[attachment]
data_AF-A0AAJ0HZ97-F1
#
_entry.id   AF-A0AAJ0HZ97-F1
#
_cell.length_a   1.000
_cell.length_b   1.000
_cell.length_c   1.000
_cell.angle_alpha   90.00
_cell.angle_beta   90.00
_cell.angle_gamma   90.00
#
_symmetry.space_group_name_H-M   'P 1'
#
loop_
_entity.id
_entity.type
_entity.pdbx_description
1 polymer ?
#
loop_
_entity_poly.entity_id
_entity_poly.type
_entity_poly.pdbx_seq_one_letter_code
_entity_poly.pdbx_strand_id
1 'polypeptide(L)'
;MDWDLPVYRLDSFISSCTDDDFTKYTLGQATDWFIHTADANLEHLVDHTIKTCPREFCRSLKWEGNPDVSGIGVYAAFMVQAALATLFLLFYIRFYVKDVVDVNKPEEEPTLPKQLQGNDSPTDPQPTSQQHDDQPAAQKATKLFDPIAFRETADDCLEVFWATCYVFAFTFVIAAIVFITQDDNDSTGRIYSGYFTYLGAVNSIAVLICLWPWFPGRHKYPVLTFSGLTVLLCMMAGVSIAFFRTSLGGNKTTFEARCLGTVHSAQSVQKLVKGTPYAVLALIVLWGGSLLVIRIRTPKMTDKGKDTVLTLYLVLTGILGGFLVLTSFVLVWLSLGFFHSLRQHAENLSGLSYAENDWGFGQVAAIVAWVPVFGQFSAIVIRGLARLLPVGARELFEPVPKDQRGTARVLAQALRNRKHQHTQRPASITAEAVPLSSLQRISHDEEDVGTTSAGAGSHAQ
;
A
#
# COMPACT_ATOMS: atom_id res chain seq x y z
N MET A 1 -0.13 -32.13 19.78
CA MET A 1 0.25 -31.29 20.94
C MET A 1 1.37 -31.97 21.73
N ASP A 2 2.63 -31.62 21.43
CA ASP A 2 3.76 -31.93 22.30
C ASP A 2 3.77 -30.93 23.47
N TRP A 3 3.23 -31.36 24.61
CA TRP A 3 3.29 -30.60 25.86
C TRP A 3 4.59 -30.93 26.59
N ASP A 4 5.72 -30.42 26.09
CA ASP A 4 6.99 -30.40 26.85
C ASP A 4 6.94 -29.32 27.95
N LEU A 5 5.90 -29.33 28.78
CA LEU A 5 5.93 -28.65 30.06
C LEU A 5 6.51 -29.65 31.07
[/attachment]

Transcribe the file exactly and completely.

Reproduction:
data_AF-A0AAJ0HZ97-F1
#
_entry.id   AF-A0AAJ0HZ97-F1
#
_cell.length_a   1.000
_cell.length_b   1.000
_cell.length_c   1.000
_cell.angle_alpha   90.00
_cell.angle_beta   90.00
_cell.angle_gamma   90.00
#
_symmetry.space_group_name_H-M   'P 1'
#
loop_
_entity.id
_entity.type
_entity.pdbx_description
1 polymer ?
#
loop_
_entity_poly.entity_id
_entity_poly.type
_entity_poly.pdbx_seq_one_letter_code
_entity_poly.pdbx_strand_id
1 'polypeptide(L)'
;MDWDLPVYRLDSFISSCTDDDFTKYTLGQATDWFIHTADANLEHLVDHTIKTCPREFCRSLKWEGNPDVSGIGVYAAFMVQAALATLFLLFYIRFYVKDVVDVNKPEEEPTLPKQLQGNDSPTDPQPTSQQHDDQPAAQKATKLFDPIAFRETADDCLEVFWATCYVFAFTFVIAAIVFITQDDNDSTGRIYSGYFTYLGAVNSIAVLICLWPWFPGRHKYPVLTFSGLTVLLCMMAGVSIAFFRTSLGGNKTTFEARCLGTVHSAQSVQKLVKGTPYAVLALIVLWGGSLLVIRIRTPKMTDKGKDTVLTLYLVLTGILGGFLVLTSFVLVWLSLGFFHSLRQHAENLSGLSYAENDWGFGQVAAIVAWVPVFGQFSAIVIRGLARLLPVGARELFEPVPKDQRGTARVLAQALRNRKHQHTQRPASITAEAVPLSSLQRISHDEEDVGTTSAGAGSHAQ
;
A
#
# COMPACT_ATOMS: atom_id res chain seq x y z
N MET A 1 -0.13 -32.13 19.78
CA MET A 1 0.25 -31.29 20.94
C MET A 1 1.37 -31.97 21.73
N ASP A 2 2.63 -31.62 21.43
CA ASP A 2 3.76 -31.93 22.30
C ASP A 2 3.77 -30.93 23.47
N TRP A 3 3.23 -31.36 24.61
CA TRP A 3 3.29 -30.60 25.86
C TRP A 3 4.59 -30.93 26.59
N ASP A 4 5.72 -30.42 26.09
CA ASP A 4 6.99 -30.40 26.85
C ASP A 4 6.94 -29.32 27.95
N LEU A 5 5.90 -29.33 28.78
CA LEU A 5 5.93 -28.65 30.06
C LEU A 5 6.51 -29.65 31.07